By traditional measures, however, we were less impressed. Our page views were mediocre and we did not get a lot of feedback from users or other staff. But we were encouraged by how quickly we were able to implement the tool, and are looking forward to trying some different promotions and link wording in the future. Overall, we’re calling it a success.

Hopefully our users will see it that way too.

Turns Out You Don’t Learn Something New Everyday… Unless You Try

You know that phrase “the grass is always greener on the other side of the fence”?

When I was in grad school, I couldn’t wait to re-join the workforce and have my nights and weekends to myself. I recalled lazy weekends spent reading, and actually being caught up on all the TV shows that everyone is always talking about. Now that I’ve been out for a little over a year, I miss school. I miss having someone push me to learn new things and solve problems. I miss the structured discussions and the camaraderie of working exclusively with people who were all focused on the same life stage.

I figured out recently that one of the things I like most about online journalism is that there is constantly something new to learn, from stuff as basic as a new HTML tag or CSS property, to whole new social networks and web apps.

For me, this realization led me to another. That the only person pushing me to learn new things… is me.

So, since I’m not in the habit of making New Year’s resolutions, I will set a goal instead: I will structure in time to my life to learn new things, at least one session a week, starting with an open course I bookmarked at NiemanLab in August. (I’m starting the “summer reading” this week, so that’s how far behind I am with that).

It won’t be easy. Since coming back from grad school, I’ve fallen into a lazy pattern of dinner and TV after work. Weekends are scarcely better. Somehow, errands that took an hour a week in grad school seem to take all day back in D.C., but I am committed to trying.

I’ll let you know how it goes…

Design Delight

Ever clicked a link on Twitter or Facebook to a news article that sounded interesting and then realized you don’t have time to read it now, but want to save it for later?

I have this problem all the time, and recently found ReadItLaterList, now called Pocket. It’s a browser plug-in and a collection of apps that allow you to save articles for later. On the iPhone and iPad, the interface is extremely clean and easy to read, giving you just the text and the photos or video from the article (although this is not without some bugs/missed text, due largely, I believe to legacy design elements on webpages like drop caps and text that is actually an image).

Anyway, I’ve been enjoying this app both at work on my Firefox browser and at home, and especially appreciate the ability to save and view articles across browsers/apps using a single log-in.

What I really want to talk about, though, is one particular function that I find, well, delightful.

When reading articles in the iPad app, if the device is rotated, the app immediately asks if you want to lock the rotation, by bringing up the Apple “rotation lock” icon in the center of the screen. One touch and the screen is locked so you can view the page from any angle (say, laying on your side in bed) without triggering the screen rotation.

The first time this happened, I locked the screen rotation and kept reading, not thinking much about it. But the next time it happened, I realized what a delightful function this was. Screen rotation isn’t inherently a function or problem associated with this basic reader app, but it’s something that would require at least a couple of touches to adjust, if not for the built-in icon. Few apps consider these user experience issues for things only tangentially associated with the function of their apps.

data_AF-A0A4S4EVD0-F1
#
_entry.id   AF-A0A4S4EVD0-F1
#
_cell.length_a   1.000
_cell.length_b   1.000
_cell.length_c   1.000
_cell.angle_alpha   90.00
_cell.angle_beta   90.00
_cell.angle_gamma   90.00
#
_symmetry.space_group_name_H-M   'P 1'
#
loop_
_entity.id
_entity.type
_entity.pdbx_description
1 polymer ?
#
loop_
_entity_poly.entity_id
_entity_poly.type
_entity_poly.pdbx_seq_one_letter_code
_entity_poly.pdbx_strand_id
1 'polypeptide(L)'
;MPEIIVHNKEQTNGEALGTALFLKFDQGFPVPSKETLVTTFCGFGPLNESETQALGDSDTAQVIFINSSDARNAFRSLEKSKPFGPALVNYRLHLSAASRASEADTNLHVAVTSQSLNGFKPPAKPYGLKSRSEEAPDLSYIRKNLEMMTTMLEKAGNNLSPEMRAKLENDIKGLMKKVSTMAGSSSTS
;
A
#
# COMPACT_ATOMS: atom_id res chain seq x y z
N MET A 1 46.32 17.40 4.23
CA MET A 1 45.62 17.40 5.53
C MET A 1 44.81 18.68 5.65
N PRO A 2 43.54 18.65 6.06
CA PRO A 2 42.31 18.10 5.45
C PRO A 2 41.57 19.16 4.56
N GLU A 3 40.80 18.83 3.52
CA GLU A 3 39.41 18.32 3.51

And it’s the same for many websites, but not all.

Nieman Journalism Lab, a blog that focuses on news about news and the media, and on cutting edge news technologies, has a very subtle, but charming user experience function that few people might notice, but that makes reading it’s articles easier and more attractive.

When you click on an article, it takes you to a standard page, with menus, sidebars, and a header. But as you scroll down (or, as I like to think about it, engage the page), the sidebars fade to almost invisible, leaving the text of the article the only thing your eye focuses on. If you scroll over the sidebar, it reappears so you can click additional links.

This seemingly small and almost invisible function makes reading an article easy and eliminates distraction, focusing the entire user attention on the writing, which is key purpose of the site.

These two examples share a certain aesthetic, which I admit not everyone will find attractive, but I appreciate the simplicity and beauty of the site and app almost as much as I do the content, and it definitely makes me more likely to return (as a counter example, see, which I think has the ugliest user interface on the web, and as a consequence, rarely finish articles on that site, even when they’re really interesting).


(In) Credible

I’ve been thinking a bit recently about the way that the essential journalistic concept of “credibility” is evolving in the new media world, mainly about two tangentially related topics.

1. I think people my age and younger care less about credibility as a marker of legitimacy. If your main source of news is Twitter, Facebook, or another online, social-based app, then the credibility you are seeking is from your social contact, not their sources. If I post a story on my Facebook timeline, I am saying that the story is credible, regardless of where the link leads. Journalists need to be wary of this development, because real journalism, and real credibility is hard-won and expensive, but is now being placed on an even plane with any kid who’s got an iPhone and is in the right place at the right time (and is possibly participating in the “news,” raising important ethical questions).